Moderate exercise may delay congestive heart failure, CU-Boulder study suggests

A new University of Colorado at Boulder study involving laboratory rats that indicates low-intensity exercise may significantly delay the onset of congestive heart failure appears to have some promising implications for humans.

According to Professor Russell Moore of CU-Boulder's integrative physiology department who led the study, lab rats carrying the genetic characteristics for spontaneously developing heart failure were shown to live significantly longer if they exercised moderately on a treadmill. The exercise protocol, the equivalent of daily, leisurely strolls in humans, extended the life expectancy of the rat study group by at least 10 percent to 15 percent, according to the study.

"Assuming the results are applicable to humans, low-intensity exercise is likely to have benefits to humans in early stages of congestive heart failure," he said.

The study was published in the November 2005 issue of the American Journal of Physiology -- Heart and Circulatory Physiology. The study was co-authored by CU-Boulder doctoral student Craig Emter, Associate Professor Sylvia McCune, Research Associate Genevieve Sparagna and Ohio State University Professor Judith Radin.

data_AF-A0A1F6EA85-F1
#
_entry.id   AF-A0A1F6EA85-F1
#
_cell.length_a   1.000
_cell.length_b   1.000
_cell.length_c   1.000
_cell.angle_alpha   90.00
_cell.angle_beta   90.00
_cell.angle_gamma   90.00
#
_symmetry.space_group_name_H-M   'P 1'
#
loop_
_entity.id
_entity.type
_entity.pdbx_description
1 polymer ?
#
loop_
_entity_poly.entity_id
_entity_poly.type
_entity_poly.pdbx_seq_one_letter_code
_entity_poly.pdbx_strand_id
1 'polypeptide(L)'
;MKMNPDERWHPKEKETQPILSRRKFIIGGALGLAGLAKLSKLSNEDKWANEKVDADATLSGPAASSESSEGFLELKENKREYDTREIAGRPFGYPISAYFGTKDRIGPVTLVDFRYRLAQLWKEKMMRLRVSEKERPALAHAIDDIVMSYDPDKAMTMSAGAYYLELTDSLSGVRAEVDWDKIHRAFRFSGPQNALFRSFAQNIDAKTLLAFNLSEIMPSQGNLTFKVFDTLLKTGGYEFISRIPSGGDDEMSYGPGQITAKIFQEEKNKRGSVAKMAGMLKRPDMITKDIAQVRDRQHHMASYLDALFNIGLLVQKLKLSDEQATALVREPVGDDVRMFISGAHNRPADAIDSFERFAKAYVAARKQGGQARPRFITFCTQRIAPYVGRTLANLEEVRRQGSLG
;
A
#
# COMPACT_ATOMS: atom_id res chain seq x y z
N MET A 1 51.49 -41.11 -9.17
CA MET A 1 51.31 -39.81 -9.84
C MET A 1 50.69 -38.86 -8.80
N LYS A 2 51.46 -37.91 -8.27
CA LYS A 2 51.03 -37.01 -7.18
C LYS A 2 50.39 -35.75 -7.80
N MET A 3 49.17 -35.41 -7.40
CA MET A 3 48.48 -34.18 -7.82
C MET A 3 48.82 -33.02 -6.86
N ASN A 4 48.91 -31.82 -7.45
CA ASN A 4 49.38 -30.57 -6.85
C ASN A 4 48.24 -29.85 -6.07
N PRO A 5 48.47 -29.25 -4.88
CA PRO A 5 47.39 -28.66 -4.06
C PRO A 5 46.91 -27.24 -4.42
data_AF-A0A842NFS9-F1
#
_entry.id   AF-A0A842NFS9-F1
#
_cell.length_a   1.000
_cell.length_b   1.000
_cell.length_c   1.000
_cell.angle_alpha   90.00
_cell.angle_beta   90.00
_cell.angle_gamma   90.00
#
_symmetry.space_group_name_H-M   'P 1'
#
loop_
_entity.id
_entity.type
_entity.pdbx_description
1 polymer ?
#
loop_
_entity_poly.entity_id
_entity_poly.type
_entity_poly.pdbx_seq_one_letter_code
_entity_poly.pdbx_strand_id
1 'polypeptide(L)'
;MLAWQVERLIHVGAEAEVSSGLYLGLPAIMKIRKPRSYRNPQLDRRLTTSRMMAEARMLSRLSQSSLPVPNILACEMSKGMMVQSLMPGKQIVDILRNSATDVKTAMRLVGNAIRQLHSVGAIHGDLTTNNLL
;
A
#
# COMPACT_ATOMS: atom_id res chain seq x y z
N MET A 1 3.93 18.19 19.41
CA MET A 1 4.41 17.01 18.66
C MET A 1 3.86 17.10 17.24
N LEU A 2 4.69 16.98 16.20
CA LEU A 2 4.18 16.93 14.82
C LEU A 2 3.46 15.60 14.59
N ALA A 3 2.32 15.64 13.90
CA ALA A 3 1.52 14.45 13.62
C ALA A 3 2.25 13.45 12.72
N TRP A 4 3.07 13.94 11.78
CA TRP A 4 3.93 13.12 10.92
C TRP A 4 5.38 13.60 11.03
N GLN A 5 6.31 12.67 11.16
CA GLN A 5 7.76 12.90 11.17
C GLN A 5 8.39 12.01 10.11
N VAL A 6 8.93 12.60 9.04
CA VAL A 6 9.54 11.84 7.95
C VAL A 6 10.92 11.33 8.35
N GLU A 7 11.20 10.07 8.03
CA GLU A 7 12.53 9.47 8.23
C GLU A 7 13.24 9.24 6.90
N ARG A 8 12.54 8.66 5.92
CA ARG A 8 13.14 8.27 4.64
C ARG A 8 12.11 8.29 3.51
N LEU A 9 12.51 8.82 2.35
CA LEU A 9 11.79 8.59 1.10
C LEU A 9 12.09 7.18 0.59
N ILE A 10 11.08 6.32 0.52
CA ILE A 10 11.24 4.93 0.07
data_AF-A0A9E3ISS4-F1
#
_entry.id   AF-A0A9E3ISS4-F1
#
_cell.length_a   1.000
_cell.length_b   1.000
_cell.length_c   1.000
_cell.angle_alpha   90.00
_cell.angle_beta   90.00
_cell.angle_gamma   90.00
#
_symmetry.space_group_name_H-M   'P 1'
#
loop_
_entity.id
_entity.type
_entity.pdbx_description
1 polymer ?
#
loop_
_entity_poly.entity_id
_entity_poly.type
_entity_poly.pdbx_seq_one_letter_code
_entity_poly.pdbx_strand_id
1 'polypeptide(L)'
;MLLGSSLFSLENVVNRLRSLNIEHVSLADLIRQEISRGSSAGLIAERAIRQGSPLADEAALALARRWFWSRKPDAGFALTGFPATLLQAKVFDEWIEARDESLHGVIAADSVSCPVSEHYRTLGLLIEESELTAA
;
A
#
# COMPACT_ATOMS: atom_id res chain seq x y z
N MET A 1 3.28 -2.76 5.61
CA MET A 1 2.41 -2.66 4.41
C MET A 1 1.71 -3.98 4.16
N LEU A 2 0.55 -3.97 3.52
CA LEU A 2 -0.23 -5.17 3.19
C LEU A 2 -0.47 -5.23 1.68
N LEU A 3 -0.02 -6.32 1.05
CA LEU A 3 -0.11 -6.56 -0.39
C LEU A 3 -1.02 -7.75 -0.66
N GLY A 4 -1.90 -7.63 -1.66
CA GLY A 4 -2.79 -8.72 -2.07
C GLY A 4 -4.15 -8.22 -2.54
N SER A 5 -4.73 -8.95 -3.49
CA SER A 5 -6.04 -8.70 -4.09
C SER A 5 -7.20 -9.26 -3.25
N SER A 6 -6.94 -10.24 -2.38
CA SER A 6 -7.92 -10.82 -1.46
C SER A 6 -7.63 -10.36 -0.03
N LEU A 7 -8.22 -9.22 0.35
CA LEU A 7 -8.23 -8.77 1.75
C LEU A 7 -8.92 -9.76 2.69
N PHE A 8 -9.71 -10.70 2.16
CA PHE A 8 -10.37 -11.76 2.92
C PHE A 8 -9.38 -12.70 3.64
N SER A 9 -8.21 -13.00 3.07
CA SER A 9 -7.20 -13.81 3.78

"Our study, coupled with several human studies conducted elsewhere, shows a definite trend indicating that moderate intensity exercise has a potential role in stemming the downward spiral in heart failure," he said.

Moore said a unique feature of the CU-Boulder study was that the delay in the onset of CHF in the rats through moderate exercise was accomplished without reducing hypertension, or high blood pressure, in the animals. Most people in the early stages of development of heart failure also have hypertension, which is regularly treated to help improve the prognosis of CHF sufferers, said Moore.

Although several human studies in the last 10 to 20 years have shown that moderate exercise does not appear to harm CHF sufferers, the positive benefits


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